is the server processes used to interact with sup
client processes via the IP/TCP network protocol. This server normally is expected to be running on server machines at all times. Each machine with files of interest to users on other machines is expected to be a file server and should run supfilesrv.
A file server machine will service requests for both "private" and "system" file collections. No special action is necessary to support private collections, as the client user is expected to supply all necessary information. For system collections, if the base directory is not the default (see FILES below), an entry must be put into the directory list file; this entry is a single text line containing the name of the collection, one or more spaces, and the name of the base directory for that collection.
Each collection should have an entry in the host list file; this entry is a single text line containing the name of the collection, one or more spaces, and the name of the host machine acting as file server for that collection.
Details of setting up a file collection for the file server are described in the manual entry for sup(1).
generally runs as a network server process that listens for connections, and for each connection (double-)forks a process to handle the interaction with the client. However, with the -d flag, no forking will take place: the server will listen for a network connection, handle it, and exit. This is useful for debugging the servers in "live" mode rather than as daemons.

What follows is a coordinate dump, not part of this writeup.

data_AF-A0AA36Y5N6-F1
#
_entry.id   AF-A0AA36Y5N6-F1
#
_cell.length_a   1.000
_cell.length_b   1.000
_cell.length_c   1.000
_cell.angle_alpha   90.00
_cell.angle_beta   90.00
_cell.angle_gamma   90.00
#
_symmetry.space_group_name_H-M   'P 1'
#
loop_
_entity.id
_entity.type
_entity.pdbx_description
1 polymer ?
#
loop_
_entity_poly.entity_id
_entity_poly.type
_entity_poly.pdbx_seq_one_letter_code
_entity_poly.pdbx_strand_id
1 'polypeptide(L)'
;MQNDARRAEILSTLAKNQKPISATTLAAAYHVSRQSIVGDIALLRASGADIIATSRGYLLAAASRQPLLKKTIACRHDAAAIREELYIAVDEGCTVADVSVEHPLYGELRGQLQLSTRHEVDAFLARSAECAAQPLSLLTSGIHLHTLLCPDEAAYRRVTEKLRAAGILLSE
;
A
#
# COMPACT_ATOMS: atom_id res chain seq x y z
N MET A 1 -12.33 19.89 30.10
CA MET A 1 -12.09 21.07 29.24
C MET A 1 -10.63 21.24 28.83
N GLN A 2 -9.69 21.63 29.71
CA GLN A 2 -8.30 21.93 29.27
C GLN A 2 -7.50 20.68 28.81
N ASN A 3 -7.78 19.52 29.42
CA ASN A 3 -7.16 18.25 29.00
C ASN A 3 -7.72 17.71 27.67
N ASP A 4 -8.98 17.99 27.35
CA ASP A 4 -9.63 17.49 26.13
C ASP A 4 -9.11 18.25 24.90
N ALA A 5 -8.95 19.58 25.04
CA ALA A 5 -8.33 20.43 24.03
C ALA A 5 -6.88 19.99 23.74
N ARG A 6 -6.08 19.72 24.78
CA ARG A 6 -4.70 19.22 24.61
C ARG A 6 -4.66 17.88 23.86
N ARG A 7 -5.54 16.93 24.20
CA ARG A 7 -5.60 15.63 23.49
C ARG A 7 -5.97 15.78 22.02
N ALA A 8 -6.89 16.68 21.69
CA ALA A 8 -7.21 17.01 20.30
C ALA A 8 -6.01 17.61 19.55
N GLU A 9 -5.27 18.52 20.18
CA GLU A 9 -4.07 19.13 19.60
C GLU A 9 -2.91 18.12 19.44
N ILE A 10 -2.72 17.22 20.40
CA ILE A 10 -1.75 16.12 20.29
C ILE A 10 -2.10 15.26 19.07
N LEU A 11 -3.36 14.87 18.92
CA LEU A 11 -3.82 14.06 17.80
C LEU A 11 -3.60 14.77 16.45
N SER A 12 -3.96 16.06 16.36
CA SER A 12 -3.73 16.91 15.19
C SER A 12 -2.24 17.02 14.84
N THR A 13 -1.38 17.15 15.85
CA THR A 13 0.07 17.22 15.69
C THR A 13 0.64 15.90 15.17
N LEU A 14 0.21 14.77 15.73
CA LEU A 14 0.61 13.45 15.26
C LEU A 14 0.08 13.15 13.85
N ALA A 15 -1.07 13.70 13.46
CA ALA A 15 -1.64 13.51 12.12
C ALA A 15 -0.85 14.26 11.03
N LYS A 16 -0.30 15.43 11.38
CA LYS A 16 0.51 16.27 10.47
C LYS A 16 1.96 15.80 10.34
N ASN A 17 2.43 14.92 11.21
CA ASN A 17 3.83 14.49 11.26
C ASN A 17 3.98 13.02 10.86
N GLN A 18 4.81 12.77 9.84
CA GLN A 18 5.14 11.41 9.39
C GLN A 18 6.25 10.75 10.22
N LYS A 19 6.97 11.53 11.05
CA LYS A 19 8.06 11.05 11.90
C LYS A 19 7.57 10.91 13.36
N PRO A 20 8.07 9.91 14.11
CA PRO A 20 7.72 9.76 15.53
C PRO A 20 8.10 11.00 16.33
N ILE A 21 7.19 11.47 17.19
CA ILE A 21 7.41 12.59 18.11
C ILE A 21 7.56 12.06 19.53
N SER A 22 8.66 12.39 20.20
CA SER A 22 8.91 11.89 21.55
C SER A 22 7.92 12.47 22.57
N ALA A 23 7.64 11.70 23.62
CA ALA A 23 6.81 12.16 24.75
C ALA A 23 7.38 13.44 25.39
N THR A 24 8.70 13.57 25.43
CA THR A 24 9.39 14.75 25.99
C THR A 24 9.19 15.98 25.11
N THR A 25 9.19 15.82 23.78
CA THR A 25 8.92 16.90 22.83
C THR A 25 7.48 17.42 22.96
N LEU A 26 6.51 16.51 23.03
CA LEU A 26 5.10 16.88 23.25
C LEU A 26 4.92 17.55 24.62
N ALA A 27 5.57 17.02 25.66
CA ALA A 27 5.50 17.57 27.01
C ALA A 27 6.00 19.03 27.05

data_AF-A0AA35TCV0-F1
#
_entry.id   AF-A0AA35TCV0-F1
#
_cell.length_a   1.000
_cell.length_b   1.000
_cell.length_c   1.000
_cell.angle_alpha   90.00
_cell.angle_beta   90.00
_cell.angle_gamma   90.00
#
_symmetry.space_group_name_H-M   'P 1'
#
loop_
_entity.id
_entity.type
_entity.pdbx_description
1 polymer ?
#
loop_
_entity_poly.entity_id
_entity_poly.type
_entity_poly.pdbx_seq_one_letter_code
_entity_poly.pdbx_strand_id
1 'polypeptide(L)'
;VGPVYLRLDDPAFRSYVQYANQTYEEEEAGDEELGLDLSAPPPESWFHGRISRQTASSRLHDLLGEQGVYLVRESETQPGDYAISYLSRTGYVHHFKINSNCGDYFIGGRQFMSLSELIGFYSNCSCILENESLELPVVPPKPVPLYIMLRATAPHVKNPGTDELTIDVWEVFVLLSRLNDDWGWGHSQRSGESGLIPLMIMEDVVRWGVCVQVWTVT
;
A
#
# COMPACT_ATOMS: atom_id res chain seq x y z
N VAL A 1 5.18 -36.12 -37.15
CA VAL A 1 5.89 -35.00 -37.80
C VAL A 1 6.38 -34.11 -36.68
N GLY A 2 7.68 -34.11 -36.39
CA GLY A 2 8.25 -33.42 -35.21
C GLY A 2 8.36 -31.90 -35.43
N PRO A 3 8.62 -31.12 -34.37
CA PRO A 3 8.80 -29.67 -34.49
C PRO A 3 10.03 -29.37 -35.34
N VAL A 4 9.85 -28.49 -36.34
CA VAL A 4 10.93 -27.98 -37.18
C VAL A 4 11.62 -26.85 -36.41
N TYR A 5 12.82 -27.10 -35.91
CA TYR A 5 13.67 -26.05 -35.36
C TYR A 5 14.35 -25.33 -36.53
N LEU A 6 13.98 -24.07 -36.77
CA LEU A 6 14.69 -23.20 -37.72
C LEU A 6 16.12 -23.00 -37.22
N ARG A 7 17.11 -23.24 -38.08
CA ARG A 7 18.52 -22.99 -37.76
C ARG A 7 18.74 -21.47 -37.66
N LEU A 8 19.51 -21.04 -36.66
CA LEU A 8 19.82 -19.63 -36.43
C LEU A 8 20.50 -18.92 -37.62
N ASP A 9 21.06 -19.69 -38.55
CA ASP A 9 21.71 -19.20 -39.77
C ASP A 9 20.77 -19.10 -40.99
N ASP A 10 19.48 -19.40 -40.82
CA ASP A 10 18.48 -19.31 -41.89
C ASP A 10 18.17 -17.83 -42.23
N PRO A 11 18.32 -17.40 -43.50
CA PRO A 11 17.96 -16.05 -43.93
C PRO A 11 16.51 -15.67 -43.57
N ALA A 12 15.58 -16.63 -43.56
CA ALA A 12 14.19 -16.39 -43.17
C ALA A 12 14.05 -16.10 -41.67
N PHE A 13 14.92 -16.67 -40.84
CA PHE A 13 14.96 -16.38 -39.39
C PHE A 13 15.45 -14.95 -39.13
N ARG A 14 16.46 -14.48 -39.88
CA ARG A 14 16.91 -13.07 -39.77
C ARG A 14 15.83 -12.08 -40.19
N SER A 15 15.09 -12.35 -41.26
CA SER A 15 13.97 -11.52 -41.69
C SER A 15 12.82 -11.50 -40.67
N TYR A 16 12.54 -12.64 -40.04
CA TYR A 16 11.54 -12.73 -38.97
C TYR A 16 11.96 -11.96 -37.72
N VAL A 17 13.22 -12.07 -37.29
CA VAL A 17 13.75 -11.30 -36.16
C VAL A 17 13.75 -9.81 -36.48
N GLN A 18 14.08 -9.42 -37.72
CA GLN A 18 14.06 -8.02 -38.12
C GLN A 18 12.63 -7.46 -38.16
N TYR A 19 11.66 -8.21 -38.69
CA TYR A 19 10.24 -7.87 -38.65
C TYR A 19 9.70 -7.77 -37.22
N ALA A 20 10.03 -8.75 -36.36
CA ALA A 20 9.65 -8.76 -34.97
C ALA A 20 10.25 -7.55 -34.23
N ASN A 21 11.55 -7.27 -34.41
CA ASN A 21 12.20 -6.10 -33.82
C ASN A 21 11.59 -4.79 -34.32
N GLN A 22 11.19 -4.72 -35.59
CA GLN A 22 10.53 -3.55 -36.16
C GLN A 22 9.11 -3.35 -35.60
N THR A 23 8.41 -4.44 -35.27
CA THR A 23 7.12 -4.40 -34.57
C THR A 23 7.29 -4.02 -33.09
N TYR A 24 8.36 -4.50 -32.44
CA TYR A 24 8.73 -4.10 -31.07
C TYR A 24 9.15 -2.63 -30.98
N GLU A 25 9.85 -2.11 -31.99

If anonymous serving of files is desired, an account anon
needs to exist. This account should have /sbin/nologin as shell, no password, needs to be able to read the files to be served (but not to write or to own them), and should have as home the directory containing the files to be served.
For debugging purposes, the -P "debugging ports" flag can be used. It will cause the selection of an alternate, non-privileged set of TCP ports instead of the usual ports, which are reserved for the active server processes. The -N "network debugging" flag can be used to produce voluminous messages describing the network communication progress and status. The more -N switches that you use the more output you get. Use 3 (separated by spaces: -N -N -N) to get a complete record of all network messages. Log messages are printed by syslog
on daemon.log .
To suppress log messages, the -q "quiet" flag can be used.
uses libwrap style access control (the /etc/hosts.allow and /etc/hosts.deny files) with service name "supfilesrv". The -l "log" flag turn on loggin of accepted connections (denied connections are always logged).
Normally the supfilesrv
will only respond to 3 requests simultaneously, forking a child process for each client. If it gets additional requests it will respond with the error FSSETUPBUSY. The -C MaxChildren switch can be used to increase (or decrease) this number.
listens to IPv4 listening socket by default. With the -6 flag, it will listen to IPv6 listening socket. For dual stack support you will want to run two instances of supfilesrv.